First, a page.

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Not ready for a close-up

Not ready for a close-up

The camera never blinks. From the lunar landing to the collapse of the Berlin Wall, television cameras have offered an unflinching gaze at history. During two memorable encounters within WWE, however, television cameras inadvertently became history.

During Survivor Series 1996, WWE Champion Shawn Michaels faced his former bodyguard, Sycho Sid, when the 6-foot-9 tower of terror seized a television camera and employed it to strike his opponent on the way to his first WWE Title reign. Two months later, at Royal Rumble, Michaels wielded the same weapon to soften up Sid in a successful effort at reclaiming the WWE Championship. For helping two Superstars capture sports-entertainment's most coveted prize, the television camera lands in the No. 5 spot on WWE.com's list of "Unlikely Weapons That Impacted WWE History."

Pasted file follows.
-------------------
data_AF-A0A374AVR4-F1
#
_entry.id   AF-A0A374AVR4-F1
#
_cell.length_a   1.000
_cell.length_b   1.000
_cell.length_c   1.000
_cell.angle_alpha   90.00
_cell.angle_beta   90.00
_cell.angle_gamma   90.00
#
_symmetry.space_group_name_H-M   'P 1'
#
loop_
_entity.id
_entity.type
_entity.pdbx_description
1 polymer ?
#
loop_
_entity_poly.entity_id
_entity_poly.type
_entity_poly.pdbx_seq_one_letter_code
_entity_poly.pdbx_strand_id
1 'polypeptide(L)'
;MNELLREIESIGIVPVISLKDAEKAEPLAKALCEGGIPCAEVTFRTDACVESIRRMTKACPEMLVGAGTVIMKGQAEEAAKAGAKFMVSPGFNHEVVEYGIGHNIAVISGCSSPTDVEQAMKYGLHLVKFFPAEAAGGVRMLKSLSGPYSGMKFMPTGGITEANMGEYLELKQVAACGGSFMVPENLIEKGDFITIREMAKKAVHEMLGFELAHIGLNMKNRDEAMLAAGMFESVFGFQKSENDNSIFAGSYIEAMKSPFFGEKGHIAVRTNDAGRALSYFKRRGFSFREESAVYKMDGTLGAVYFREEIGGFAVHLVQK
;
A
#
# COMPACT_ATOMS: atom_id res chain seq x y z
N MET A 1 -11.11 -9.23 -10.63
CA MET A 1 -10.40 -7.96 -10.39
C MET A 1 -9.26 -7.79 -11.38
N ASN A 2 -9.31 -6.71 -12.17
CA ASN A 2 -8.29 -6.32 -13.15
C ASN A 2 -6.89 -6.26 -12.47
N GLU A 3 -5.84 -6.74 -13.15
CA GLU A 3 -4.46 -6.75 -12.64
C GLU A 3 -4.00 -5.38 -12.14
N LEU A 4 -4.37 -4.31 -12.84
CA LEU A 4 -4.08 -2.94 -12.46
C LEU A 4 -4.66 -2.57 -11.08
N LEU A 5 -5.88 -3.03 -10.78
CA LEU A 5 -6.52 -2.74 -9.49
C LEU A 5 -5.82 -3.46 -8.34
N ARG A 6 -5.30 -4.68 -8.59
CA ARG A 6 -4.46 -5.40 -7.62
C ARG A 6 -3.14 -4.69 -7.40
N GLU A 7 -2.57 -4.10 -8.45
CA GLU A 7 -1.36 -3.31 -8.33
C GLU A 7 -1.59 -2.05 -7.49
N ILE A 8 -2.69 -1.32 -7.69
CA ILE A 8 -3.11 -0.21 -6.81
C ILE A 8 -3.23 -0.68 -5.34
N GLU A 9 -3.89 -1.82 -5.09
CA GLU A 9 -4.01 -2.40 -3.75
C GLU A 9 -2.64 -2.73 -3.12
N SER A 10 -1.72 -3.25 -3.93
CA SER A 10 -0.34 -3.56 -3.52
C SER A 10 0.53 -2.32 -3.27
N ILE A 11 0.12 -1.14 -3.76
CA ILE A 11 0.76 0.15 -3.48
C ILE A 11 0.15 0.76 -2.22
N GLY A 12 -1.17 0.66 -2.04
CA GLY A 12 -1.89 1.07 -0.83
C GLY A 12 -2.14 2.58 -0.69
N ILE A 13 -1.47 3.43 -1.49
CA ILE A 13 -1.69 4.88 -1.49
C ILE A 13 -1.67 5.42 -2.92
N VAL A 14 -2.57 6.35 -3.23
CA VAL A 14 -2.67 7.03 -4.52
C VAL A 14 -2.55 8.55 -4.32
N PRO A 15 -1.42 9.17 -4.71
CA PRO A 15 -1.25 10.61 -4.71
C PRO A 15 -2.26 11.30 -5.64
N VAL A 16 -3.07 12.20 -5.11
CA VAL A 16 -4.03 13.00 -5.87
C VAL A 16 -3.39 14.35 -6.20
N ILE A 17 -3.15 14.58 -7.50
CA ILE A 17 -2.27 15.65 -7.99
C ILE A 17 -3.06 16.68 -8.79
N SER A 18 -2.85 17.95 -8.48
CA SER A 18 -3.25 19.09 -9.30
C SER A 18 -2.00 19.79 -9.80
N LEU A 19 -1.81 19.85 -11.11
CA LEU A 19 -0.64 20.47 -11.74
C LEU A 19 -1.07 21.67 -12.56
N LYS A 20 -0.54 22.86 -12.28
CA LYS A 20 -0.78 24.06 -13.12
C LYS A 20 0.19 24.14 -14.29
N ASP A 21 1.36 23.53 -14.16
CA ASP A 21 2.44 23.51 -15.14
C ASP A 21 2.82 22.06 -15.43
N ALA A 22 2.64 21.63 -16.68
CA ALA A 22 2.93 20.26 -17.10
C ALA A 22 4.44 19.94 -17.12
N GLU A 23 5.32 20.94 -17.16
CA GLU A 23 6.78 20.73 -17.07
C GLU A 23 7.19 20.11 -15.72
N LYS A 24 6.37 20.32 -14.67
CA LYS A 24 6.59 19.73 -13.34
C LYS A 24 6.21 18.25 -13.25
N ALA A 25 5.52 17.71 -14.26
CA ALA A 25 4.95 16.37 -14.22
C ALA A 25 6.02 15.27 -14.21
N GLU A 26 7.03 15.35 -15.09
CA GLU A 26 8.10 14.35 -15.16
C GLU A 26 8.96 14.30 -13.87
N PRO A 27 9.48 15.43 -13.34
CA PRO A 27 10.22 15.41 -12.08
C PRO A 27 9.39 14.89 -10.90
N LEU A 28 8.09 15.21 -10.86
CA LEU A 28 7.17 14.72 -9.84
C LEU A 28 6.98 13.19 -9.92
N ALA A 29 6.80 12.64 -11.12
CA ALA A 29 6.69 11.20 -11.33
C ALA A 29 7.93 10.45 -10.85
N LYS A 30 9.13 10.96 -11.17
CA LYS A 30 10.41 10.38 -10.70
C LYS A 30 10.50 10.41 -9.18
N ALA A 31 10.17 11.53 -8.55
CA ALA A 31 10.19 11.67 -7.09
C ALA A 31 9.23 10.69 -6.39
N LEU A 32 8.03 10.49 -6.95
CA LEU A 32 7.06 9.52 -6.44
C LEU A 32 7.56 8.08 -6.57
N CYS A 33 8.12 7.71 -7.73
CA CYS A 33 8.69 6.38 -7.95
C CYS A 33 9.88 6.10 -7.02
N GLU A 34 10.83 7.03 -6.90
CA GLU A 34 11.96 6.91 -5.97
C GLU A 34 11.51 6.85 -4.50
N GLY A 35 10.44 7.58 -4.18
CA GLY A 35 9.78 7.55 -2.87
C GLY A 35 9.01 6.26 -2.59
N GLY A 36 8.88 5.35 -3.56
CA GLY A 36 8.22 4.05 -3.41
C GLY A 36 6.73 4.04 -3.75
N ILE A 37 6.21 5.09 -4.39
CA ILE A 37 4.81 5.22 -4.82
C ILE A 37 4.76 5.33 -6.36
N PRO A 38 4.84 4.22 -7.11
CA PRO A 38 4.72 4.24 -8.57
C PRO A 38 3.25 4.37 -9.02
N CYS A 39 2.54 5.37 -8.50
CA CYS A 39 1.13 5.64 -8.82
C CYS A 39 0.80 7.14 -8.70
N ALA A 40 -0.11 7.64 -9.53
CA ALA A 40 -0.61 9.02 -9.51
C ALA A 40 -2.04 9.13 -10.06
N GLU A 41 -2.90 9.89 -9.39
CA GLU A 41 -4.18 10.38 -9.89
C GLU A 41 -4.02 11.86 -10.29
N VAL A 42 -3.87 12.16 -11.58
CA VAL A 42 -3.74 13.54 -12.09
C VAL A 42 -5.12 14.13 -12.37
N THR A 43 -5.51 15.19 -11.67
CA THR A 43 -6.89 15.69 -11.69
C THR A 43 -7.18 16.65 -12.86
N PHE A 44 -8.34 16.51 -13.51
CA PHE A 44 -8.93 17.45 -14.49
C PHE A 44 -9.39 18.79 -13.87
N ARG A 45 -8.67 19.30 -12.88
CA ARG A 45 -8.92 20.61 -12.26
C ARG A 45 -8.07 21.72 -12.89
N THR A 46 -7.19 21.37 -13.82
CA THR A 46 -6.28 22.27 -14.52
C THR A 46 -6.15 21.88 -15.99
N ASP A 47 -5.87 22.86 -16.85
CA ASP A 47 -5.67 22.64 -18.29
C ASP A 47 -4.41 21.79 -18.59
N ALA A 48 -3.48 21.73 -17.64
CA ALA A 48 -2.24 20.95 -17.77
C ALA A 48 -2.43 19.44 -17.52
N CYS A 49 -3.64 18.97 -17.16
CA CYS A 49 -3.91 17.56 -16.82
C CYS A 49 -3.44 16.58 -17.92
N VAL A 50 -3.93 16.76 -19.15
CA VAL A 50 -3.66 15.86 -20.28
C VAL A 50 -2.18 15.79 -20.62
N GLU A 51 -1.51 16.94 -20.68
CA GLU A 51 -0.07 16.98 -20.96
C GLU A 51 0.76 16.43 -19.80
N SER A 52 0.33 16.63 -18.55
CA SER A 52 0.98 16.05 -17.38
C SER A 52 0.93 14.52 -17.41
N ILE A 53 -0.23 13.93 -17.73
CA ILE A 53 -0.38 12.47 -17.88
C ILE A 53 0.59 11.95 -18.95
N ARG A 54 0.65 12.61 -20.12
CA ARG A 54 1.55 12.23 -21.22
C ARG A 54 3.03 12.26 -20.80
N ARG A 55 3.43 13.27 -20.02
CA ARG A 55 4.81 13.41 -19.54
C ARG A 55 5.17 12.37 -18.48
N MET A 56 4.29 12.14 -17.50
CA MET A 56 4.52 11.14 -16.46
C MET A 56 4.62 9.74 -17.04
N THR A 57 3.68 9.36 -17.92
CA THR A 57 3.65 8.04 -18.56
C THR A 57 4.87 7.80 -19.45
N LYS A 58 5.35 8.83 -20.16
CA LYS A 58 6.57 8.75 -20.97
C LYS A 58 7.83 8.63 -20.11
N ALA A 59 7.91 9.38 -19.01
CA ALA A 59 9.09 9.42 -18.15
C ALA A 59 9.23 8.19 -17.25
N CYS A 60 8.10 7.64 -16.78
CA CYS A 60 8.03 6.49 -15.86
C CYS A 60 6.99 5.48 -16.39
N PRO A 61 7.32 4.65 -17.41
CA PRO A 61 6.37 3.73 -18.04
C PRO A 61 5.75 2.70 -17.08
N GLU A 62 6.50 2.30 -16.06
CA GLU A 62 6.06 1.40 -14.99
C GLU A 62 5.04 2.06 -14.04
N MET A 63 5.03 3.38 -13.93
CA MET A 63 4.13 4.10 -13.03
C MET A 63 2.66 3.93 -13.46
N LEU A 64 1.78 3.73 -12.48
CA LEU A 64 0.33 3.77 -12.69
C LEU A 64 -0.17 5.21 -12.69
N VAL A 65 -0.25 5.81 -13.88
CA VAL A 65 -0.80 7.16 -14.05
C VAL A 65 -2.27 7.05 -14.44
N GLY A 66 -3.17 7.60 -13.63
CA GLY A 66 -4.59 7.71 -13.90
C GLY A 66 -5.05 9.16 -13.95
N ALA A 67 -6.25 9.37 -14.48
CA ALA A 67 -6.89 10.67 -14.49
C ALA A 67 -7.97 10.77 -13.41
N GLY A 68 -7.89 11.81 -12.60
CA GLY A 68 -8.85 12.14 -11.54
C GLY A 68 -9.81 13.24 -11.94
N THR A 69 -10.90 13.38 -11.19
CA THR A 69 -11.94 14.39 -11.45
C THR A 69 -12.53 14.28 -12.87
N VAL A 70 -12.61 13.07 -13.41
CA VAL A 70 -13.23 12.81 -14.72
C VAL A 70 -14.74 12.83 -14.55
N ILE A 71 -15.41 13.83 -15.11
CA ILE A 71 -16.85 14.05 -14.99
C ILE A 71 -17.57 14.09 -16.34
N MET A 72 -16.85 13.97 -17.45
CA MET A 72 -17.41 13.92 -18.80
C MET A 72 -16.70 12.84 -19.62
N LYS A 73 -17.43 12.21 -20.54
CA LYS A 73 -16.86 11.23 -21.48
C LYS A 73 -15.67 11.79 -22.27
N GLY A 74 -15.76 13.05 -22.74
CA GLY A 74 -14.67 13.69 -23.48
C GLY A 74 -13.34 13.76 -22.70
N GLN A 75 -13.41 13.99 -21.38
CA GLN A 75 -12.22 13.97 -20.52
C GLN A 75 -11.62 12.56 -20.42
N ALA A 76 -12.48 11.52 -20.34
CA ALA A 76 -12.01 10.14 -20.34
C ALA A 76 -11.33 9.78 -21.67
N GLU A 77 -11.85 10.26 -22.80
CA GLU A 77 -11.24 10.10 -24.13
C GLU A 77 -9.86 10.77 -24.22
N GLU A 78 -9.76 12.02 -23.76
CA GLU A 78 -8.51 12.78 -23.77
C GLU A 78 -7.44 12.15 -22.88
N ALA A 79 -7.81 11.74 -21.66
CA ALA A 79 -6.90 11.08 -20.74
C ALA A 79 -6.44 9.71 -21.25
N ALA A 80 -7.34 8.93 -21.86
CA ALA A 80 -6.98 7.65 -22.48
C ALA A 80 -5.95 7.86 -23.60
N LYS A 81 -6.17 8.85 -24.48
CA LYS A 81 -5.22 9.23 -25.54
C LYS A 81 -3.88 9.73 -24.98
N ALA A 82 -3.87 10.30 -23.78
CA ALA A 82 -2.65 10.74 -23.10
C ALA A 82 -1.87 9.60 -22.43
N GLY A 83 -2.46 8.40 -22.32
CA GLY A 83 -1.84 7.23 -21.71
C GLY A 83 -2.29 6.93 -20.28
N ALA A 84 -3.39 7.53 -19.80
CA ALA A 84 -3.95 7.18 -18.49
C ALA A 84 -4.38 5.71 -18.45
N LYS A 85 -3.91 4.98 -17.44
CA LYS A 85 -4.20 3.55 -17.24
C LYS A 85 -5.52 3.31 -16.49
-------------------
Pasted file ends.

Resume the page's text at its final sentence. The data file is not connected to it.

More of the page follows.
In November of 1996, at Survivor Series, Michaels was escorted to the ring by his mentor. Jose Lothario. As the match progressed, Sid had clearly grown frustrated by his opponent's resilience and, at one point, reached down to a WWE cameraman at ringside. Snatching the man's equipment, Sid cracked Lothario across the face with it, propelling him onto the concrete below. Moments later, as Michaels tended to his mentor, Sid brought the camera down onto his back, then dragged HBK into the ring to pin him for the victory.

Two months later at Royal Rumble, Michaels paid his rival back in kind. With Sid's attention focused on Lothario, who was perched on the ring apron, The Showstopper quickly took advantage. Clutching another WWE camera, Michaels clobbered his opponent across the face and back. The jolts damaged Sid enough to set up Sweet Chin Music, which HBK administered to render Sid unconscious and reclaim the WWE Title in his hometown of San Antonio, Texas.

Although television cameras were there to record the day's events, they suddenly became a part of them. For the two Superstars who employed the cameras as weapons, they truly did help to usher in a "golden" age of television.

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